While the list of options (each with a witty moniker) is relatively small, both sweet and savoury tastes are well catered for. Those with a penchant for cheese might select Don’t Worry Brie Happy, a fresh take on Welsh rarebit, while Americophile diners with a sweet tooth and loose trousers might choose the Dixieland Delight, a decadent plate of crispy Welsh bacon with maple syrup and whipped butter.

We opt for the Bella Donna, a dish which - fingers crossed - is named for its beauty and not because it’s going to poison us. Costing the equivalent of two pints each (a crucial and irrefutable exchange rate), we hope for a generous portion size. We are not disappointed. When the enormous plates are set down in front of us, we exchange a knowing glance: this has all been worth it.

At its core, this dish is posh beans on posh toast; The Early Bird have taken a meal all too often associated with novice cooks and dingy breakfast buffets and elevated it to epic proportions. Two thick slices of crusty sourdough toast, each one sopping in the fragrant, tomatoey sauce of the home-made, lightly spiced beans, sit grandly in the centre of the plate. Garnished with plump vine tomatoes bursting with juice, an aromatic hazelnut pesto, and a balsamic drizzle that coats your mouth and tingles on your tongue, the Bella Donna is a colourful, uplifting sight that warms the soul even before the first sumptuous bite.

What is more, surrounded by the appalling Welsh weather, the Bella Donna is exactly what we need - it is comforting, familiar, and quintessentially British. Hungrily chomping it down while my socks dry, I immediately feel at home.

But what is it about the hallowed union of beans and bread that makes me so intoxicatingly sentimental? Could it be the memories of liquor-soaked breakfasts with university housemates, when a colossal heap of beans on toast was the only acceptable cure for even the most skull-splitting of hangovers? Or does the familiarity run deeper than that, to slapdash post-exam dinners at home with my sister when, with typical teenage ineptitude, we would burn the beans to the bottom of the saucepan and scorch the toast as we swapped stories about our days?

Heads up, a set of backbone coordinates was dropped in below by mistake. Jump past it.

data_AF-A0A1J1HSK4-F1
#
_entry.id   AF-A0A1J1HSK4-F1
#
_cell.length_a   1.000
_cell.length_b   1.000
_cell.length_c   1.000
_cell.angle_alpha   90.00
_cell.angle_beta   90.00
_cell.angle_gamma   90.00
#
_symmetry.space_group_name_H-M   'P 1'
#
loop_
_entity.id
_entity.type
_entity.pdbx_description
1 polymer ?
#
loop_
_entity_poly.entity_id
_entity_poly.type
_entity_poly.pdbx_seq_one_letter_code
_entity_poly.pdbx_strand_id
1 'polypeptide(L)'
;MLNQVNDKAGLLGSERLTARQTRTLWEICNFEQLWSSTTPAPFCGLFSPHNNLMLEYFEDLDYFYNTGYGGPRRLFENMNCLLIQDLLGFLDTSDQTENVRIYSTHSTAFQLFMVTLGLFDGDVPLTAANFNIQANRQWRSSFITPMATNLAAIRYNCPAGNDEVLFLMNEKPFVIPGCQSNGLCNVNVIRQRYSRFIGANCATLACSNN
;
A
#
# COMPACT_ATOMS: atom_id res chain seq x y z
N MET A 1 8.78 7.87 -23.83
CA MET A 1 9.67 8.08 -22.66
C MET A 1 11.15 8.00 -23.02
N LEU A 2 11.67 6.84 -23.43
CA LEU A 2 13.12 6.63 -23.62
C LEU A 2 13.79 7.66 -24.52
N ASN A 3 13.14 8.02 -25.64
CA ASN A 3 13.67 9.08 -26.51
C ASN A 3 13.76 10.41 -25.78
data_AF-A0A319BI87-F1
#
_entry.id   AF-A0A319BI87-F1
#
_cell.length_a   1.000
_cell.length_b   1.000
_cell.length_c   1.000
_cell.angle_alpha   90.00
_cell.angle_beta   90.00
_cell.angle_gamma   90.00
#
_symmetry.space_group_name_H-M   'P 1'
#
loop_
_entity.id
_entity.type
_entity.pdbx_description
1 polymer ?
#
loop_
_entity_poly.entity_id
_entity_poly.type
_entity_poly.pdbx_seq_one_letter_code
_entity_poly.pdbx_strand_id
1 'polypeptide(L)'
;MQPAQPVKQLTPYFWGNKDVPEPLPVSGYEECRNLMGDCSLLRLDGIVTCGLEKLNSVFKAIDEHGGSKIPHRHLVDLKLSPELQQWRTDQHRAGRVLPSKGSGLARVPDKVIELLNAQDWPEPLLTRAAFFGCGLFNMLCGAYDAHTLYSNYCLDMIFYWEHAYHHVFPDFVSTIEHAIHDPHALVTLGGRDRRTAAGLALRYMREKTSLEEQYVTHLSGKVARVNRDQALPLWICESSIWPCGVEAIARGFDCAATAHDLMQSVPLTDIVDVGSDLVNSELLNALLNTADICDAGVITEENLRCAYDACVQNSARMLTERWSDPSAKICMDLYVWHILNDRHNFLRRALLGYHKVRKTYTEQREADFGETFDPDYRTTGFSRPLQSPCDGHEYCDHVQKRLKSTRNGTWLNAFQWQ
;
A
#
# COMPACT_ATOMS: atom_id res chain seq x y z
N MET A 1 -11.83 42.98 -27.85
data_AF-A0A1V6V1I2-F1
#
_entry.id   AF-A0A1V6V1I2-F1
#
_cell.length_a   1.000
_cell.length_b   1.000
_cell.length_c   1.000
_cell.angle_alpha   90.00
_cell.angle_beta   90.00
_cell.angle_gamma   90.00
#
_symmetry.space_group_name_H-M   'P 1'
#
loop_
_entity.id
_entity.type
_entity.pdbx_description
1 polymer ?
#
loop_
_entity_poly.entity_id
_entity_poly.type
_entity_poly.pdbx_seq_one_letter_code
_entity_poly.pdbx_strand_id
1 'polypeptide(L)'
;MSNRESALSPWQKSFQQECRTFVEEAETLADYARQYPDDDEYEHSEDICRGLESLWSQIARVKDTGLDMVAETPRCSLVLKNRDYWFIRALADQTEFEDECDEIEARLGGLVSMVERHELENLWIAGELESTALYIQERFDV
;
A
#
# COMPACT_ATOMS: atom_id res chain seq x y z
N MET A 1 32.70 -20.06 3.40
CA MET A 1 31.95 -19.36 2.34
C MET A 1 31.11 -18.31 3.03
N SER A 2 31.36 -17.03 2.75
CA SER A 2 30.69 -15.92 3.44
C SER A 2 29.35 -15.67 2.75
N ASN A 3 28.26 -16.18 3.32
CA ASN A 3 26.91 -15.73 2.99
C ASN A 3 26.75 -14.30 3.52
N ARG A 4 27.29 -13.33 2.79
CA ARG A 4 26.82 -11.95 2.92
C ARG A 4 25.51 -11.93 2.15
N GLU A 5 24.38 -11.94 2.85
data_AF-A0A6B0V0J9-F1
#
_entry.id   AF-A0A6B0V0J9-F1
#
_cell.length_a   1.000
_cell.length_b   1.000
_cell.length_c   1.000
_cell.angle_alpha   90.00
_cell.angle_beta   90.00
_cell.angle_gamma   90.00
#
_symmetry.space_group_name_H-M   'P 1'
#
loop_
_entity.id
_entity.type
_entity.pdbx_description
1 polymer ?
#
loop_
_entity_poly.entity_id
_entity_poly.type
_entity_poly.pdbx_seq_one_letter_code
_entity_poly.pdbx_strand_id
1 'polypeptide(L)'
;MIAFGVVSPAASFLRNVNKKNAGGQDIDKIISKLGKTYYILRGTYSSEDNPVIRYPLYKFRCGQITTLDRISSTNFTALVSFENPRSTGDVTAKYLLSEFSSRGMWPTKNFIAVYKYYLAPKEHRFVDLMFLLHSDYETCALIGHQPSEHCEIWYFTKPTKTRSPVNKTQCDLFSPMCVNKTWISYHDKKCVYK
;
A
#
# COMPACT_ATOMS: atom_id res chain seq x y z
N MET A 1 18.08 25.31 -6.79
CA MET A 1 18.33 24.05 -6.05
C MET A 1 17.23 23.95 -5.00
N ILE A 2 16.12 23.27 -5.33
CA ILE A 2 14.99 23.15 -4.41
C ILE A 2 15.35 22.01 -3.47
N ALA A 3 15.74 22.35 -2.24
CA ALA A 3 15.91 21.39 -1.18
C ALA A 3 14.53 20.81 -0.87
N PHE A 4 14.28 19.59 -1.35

For me at least, beans on toast represents more than just a quick-fix meal; it is a comforting constant amidst the ever-shifting tides of modern life. From the innocence of childhood food fights, when beans were propelled through the air like tiny spaceships, to more grown-up affairs, when Heinz and Hovis converged to provide the first breakfast in a new home, this unremarkable dish carries the extraordinary significance of a lifetime staple.

Now, in the surreal new normal ushered in by COVID-19, I cannot help but notice how the simplest things suddenly feel vital and magnetic: the tang of fresh orange juice at breakfast, a generous slice of cake savoured with a book, a virtual cook along with friends, home-cooked food on the table at dinner time. In this cultural moment typified by isolation and anxiety, memories and semblances of togetherness made sweeter by the food we share feel more nourishing than ever.

So while we wait for the lockdown to lift and for independent businesses like The Early Bird to hum back to life, I will continue to savour the charming simplicity of baked beans on toasted bread, dreaming headily of a better day when I can share good food with a friend once more.

When this is all over, I will be the earliest bird, pecking at those steamed up windows, cheeping insatiably for my Bella Donna brunch.

This piece was originally submitted as my entry to the Sunday Times AA Gill Award for Emerging Food Critics 2020.